I noticed a misalignment between the two pulleys on a brand new Ultegra R8000 derailleur. It's less convincing on the photo than in real life, but still very much visible. I came across this discussion, where they start off with a similar observation, but switch to noise mitigation strategies pretty soon. I also came across this Shimano manual where the bottom figure on page 12 shows the bottom pulley at a slight angle with respect to the other one and the cogs, very similar to my photo. So while I've concluded that this is not a faulty part, I do wonder why they would design it that way. I would expect this to wreak havoc on the chain, compared to a perfect alignment, so what's the benefit?

PS: Both pulleys are firmly installed, don't wobble, and turn like they should.

enter image description here

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    On the right side of the image the cage looks bent. In the referenced image from the manual the inner and outer cage appear parallel. Yours does not appear to be so.
    – mikes
    May 7, 2020 at 21:31
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    Thanks for the comment, but I would say that the cage is parallel also in mine. It's hard to tell on the photo due to the parallax, the funky shape the cage plates, and their variable thickness. And in either case, the misalignment of the pulleys is the same as in the manual, which in itself I find odd, based on my limited mechanical intuition. Maybe I just find a way to contact Shimano, though they might be unwilling to share their design rationales with regular folks...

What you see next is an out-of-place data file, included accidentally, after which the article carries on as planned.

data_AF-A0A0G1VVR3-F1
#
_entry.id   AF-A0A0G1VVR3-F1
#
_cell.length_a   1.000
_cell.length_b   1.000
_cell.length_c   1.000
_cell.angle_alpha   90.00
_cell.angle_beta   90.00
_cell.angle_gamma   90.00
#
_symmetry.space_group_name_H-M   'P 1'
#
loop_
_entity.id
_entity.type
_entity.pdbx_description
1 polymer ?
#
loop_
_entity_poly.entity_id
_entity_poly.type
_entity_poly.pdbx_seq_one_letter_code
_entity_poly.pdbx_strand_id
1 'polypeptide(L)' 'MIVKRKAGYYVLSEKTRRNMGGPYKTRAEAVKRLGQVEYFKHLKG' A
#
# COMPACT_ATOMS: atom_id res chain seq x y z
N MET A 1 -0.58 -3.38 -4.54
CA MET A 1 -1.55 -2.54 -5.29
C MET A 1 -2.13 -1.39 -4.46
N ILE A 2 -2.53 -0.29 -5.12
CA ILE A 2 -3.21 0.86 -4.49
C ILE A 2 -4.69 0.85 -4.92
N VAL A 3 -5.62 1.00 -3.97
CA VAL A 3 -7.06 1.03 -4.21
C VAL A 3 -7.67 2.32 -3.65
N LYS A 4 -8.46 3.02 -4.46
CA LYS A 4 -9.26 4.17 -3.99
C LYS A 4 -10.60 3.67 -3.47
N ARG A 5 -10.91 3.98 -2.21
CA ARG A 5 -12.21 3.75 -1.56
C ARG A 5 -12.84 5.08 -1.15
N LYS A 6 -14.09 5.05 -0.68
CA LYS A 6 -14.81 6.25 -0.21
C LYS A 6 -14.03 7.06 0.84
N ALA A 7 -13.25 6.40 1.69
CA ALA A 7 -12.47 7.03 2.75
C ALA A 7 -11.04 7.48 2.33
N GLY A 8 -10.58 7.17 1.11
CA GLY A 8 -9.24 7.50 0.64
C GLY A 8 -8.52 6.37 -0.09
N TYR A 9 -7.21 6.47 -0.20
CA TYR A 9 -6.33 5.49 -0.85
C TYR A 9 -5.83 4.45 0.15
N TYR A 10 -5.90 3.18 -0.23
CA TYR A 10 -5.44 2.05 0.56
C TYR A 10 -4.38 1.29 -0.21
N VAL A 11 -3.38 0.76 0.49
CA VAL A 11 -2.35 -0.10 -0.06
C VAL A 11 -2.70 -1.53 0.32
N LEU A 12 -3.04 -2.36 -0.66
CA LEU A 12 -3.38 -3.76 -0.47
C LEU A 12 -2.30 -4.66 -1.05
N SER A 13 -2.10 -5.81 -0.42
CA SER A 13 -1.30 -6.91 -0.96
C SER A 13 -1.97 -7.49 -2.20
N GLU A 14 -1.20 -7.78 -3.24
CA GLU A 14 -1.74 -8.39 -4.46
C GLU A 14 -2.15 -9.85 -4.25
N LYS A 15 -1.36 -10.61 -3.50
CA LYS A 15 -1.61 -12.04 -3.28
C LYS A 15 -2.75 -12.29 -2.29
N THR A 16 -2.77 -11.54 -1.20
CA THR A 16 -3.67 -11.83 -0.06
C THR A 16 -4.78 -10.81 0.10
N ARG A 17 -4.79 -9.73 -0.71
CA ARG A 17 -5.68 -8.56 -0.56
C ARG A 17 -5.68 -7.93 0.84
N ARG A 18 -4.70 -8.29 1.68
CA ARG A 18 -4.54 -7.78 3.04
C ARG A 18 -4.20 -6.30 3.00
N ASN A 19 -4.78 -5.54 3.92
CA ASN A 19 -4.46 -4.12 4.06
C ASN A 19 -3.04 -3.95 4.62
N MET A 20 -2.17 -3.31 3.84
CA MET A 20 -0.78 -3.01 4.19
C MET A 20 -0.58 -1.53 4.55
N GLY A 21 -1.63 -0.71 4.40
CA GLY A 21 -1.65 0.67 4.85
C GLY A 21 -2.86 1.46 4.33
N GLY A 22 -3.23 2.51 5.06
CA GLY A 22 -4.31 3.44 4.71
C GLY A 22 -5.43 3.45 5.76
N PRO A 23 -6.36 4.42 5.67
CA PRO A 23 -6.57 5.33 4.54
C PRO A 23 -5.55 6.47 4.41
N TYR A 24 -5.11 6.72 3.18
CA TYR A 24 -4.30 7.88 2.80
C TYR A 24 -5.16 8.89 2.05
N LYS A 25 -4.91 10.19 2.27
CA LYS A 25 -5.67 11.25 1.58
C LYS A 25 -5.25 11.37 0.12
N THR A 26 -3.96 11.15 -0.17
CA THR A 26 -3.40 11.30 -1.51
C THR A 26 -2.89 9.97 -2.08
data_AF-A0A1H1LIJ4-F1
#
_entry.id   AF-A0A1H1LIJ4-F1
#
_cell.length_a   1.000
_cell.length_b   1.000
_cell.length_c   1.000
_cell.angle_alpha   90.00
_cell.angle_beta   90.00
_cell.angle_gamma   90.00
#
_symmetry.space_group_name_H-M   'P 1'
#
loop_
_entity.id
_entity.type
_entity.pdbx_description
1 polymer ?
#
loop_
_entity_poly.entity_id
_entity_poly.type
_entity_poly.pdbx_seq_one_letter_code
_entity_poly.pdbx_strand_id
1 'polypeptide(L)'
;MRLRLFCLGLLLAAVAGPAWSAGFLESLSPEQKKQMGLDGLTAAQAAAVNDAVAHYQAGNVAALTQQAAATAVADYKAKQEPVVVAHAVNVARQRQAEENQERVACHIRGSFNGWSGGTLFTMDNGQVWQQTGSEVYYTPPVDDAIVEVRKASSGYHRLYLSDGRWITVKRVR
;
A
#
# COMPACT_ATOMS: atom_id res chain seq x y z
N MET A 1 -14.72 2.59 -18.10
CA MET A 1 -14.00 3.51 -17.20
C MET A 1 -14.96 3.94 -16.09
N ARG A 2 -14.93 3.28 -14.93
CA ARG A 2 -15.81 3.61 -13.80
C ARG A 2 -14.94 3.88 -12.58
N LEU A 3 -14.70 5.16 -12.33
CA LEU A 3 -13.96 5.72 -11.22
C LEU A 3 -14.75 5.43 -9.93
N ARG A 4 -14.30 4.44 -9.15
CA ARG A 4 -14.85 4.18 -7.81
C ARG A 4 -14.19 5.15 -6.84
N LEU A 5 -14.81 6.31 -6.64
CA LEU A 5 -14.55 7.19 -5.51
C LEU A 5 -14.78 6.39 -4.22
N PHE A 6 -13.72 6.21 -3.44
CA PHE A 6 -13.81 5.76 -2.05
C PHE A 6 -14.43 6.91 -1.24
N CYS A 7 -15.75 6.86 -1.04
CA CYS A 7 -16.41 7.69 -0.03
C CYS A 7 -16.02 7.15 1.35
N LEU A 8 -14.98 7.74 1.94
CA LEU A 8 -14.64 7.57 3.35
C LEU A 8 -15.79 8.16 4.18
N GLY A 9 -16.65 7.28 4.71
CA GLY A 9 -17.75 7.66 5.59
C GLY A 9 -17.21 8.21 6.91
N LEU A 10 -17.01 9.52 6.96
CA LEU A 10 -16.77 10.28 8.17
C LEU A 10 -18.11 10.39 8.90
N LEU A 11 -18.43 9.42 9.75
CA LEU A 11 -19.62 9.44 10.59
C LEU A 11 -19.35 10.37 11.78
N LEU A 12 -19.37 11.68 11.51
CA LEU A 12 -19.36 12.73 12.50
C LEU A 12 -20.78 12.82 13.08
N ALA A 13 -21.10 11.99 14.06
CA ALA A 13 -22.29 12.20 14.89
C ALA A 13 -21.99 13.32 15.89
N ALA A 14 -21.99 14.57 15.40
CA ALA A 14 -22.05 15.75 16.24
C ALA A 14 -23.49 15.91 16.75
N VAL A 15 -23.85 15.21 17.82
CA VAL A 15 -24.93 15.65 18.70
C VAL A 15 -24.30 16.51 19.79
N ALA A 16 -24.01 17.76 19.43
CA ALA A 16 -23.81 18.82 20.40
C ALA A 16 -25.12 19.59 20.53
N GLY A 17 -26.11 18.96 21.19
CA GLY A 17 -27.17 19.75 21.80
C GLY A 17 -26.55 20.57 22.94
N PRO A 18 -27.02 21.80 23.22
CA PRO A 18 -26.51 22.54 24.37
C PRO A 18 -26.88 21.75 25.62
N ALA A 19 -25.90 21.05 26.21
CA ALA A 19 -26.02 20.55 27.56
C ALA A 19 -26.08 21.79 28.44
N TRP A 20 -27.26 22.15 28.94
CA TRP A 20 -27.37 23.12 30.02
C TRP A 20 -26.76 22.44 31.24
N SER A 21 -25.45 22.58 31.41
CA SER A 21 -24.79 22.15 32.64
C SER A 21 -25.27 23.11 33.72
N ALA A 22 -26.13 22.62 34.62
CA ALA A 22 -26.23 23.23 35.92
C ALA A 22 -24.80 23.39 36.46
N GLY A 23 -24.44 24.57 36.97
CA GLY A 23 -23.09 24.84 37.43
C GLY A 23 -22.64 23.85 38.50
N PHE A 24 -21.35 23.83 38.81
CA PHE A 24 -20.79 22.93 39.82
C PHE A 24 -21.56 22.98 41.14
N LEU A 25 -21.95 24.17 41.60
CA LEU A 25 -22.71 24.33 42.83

– mcsoini
    May 8, 2020 at 7:27
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    FWIW, I took a look at an XT 11 speed rear mech that I just bought and it has exactly the same kind of alignment as in your photo. Shimano does lot's of magic to make index shifting work seamlessly, I suspect this is just another one of those subtle tweaks. May 9, 2020 at 0:23

1 Answer 1


Upon initial inspection, the issue described may seem alarming. However, the newer Shimano derailleurs are slightly bent and twisted to aid in shifting performance and meeting the ever increasing demands of larger cassettes.

For instance, the XTR M9100 derailleur is slightly bent and twisted and angled in such a way that the lower pulley wheel is facing towards the chainring. This helps when shifting down the Cassette and prevents damage to the pulley arm when the RD is at the 51T cog of the cassette.

In a nutshell, the slightly bent and twisted cage aids in shifting up/down larger cassettes and mitigates the damages of cross-chaining (which is inevitable on 1x drivetrains).

  • I think this is true. On my 6800 and 8000 rear derailleurs, when looking from aft, the lower pulleys do appear to be angled outwards, I.e. towards the right, away from the wheel.
    – Weiwen Ng
    Dec 16, 2020 at 16:36

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